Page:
In 2004, 20% of hard disk drives shipped were SATA based - about 41 million, according to Seagate Market Research. It is estimated that this year, the percentage will increase to 80% of shipped drives being SATA based, 40% of which will be Seagate drives. Meanwhile, PATA is being phased out and nearly all production will cease by the end of 2006.


Other Characteristics

Seagate reports that all of the drives in the 7200.9 line will feature an operating shock tolerance of about 63Gs and a non-operating shock of 350Gs, making them extremely rugged. Almost all but Hitachi's 7K500 drive can handle this much non-operating shock, but shock tolerance during normal operation is not as forgiving, with many drives only allowing about 55Gs. Not that we would recommend dropping your drives or computer, but accidents happen...


Click to enlarge.

Seagate is also reporting a lower sound rating between 2.5-2.8 bels while the drives are idle, and about 2.8-3.2 bels while the drives are seeking for data. According to Seagate, the lowest amount of sound audible by human ears is about 2.6 bels, so the idle noise output is borderline inaudible to our ears. Combine this with the hum of case and heat sink fans, and the hard drive is basically silent.


Click to enlarge.

In the next few weeks we will be looking at the performance of the 500GB 16MB SATA model of the 7200.9. We'll put it through our usual synthetic, simulated, and real world tests, and we'll compare it not only to the 400GB 7200.8, but also to some older drives like the 120GB 7200.7 as well as Maxtor's and Hitachi's higher capacity drives.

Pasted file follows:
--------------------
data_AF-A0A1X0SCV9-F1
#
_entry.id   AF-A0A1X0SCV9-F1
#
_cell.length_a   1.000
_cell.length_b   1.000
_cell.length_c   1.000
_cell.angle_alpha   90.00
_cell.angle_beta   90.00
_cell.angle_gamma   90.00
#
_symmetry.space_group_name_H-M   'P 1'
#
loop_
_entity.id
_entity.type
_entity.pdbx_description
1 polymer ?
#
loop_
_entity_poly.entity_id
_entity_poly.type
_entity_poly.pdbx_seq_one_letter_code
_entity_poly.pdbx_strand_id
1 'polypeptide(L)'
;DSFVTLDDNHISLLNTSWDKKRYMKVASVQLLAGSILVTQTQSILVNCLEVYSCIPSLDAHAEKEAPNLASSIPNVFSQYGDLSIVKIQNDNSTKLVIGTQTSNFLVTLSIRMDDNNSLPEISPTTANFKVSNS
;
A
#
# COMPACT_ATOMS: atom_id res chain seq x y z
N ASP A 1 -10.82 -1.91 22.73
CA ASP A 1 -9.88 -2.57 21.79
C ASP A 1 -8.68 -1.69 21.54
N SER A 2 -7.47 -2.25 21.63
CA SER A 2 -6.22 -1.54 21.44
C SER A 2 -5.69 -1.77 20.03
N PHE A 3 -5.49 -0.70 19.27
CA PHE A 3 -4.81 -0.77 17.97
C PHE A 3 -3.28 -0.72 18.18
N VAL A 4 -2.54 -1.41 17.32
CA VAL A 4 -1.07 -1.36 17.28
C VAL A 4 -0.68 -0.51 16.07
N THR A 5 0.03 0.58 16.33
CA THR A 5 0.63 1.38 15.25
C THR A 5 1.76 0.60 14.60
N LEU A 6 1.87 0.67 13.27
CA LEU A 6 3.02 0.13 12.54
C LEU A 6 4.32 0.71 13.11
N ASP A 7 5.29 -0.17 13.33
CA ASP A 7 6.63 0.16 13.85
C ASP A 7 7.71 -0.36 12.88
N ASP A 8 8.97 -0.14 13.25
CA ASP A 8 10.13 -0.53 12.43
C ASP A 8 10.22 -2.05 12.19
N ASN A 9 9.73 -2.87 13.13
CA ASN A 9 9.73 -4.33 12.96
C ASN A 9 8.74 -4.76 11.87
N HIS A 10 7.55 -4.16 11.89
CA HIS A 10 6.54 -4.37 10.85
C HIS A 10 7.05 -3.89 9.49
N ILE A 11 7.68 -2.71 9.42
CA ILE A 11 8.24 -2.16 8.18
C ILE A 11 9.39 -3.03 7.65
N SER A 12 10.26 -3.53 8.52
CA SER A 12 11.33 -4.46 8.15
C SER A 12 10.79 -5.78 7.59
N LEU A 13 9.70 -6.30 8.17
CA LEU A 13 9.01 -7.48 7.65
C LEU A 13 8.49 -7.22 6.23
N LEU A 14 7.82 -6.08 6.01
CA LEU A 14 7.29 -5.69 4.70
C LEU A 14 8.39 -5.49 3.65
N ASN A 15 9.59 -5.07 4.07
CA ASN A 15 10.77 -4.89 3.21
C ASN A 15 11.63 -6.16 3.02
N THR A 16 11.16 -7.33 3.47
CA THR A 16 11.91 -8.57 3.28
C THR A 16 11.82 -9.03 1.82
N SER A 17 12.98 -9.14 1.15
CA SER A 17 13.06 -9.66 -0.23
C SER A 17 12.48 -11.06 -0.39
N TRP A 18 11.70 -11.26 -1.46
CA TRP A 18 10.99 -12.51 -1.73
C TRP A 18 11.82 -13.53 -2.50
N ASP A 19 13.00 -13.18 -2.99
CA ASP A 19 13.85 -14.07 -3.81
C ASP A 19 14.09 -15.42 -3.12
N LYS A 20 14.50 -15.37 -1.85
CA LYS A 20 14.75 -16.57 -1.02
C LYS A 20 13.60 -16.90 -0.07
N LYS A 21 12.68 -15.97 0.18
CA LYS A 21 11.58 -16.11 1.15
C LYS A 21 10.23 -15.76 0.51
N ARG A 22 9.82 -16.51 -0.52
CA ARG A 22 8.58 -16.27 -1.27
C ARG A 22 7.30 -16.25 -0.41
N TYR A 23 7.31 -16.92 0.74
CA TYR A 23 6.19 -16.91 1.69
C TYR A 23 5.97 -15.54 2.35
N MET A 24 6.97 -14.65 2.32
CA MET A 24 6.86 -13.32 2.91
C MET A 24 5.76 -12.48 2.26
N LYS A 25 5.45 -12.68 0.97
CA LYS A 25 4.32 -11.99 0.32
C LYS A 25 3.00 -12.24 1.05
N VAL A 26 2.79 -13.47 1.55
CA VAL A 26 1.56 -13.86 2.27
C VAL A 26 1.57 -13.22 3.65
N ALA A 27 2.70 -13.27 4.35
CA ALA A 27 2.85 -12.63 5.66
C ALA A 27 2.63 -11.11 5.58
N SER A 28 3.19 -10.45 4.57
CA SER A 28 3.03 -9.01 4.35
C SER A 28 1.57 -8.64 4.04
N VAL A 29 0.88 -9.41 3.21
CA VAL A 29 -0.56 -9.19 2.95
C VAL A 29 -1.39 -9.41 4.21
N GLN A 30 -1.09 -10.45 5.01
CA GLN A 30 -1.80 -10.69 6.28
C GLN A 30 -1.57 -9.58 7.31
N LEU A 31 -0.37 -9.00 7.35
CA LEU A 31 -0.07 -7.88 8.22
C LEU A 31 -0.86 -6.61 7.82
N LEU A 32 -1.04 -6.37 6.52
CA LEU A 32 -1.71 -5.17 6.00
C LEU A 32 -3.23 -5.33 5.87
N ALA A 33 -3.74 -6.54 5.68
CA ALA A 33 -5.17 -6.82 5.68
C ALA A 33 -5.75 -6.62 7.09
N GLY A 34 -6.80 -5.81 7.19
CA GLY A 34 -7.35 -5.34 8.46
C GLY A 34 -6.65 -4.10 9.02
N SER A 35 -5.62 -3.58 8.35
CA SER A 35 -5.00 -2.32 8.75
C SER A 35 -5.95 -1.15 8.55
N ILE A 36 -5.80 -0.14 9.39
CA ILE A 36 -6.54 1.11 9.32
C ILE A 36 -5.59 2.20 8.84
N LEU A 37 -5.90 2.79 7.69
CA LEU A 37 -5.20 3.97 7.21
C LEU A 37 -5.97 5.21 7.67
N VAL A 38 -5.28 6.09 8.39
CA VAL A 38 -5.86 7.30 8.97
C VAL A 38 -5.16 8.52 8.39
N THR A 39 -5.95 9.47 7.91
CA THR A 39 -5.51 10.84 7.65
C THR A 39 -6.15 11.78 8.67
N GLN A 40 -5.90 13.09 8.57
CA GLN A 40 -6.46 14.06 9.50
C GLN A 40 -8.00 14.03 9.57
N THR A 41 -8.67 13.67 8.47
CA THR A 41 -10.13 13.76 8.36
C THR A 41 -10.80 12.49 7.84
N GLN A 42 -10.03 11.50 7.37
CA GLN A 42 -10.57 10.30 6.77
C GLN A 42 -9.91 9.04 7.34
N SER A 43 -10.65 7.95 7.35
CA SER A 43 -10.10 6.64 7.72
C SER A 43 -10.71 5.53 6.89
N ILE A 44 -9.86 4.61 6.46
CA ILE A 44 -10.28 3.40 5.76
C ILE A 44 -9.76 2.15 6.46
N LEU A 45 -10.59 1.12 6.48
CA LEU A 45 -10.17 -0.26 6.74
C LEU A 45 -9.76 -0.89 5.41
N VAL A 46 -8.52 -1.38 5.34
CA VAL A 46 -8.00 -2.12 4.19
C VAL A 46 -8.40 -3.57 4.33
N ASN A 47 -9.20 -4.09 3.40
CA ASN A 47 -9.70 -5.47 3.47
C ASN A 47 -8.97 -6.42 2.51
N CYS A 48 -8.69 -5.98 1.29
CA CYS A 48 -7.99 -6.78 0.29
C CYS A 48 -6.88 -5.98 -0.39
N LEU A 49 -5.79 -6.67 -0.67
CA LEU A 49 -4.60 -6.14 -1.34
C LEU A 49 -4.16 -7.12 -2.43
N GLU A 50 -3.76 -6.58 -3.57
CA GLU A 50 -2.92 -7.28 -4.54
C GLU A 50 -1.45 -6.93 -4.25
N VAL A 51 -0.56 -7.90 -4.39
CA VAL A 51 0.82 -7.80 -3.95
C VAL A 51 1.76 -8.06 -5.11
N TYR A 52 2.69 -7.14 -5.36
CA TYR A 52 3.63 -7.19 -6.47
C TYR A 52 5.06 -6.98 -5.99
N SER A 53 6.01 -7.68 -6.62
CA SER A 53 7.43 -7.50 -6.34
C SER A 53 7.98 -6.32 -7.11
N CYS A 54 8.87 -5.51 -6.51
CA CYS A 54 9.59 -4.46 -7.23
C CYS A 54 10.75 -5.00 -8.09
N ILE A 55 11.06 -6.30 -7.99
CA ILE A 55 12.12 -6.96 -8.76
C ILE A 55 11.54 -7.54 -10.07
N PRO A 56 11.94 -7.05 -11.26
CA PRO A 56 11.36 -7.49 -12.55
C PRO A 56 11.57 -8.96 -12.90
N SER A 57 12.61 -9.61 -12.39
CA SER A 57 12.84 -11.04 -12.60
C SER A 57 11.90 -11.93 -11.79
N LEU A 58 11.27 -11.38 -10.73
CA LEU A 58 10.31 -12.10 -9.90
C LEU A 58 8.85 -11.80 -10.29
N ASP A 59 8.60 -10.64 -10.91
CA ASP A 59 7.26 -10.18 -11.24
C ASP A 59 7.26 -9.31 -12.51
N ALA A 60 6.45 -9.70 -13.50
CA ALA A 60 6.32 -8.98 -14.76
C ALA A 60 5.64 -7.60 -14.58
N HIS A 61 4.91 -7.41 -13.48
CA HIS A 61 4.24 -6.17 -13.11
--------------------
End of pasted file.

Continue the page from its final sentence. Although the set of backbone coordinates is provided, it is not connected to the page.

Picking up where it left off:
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  • ElFenix - Monday, October 10, 2005 - link

    "in their 400GB version drive at 133GB per square inch. "

    unless platers are 1/2 of a sq. inch per side, which i doubt, this statement is wrong.

    i'm still having trouble understanding why this isn't in news, rather than a front page article.
    Reply
  • JarredWalton - Monday, October 10, 2005 - link

    It's not a review, it's an announcement of a new product which we feel many people will find interesting. If I were about ready to spend $100 on a 250GB drive, I'd sure like to know that Seagate has just released their 7200.9 series. This is an introduction to the technology, and an explanation about what has changed. The 16 MB cache models are certainly noteworthy, and all indicators are that the new drives will at worst match the old 7200.7/.8 Seagate models.

    Price is the only thing I would worry about. If the 250GB 7200.9 costs $150 vs. $100, I probably wouldn't bother. Right now, http://labs.anandtech.com/search.php?q=seagate+160...">prices on the 160GB models are in favor of the new 7200.9. The remaining http://labs.anandtech.com/search.php?q=7200.9">7200.9 drives in our RTPE may or may not be worth consideration. $380 for the 500GB is more than I'm willing to pay for a single drive.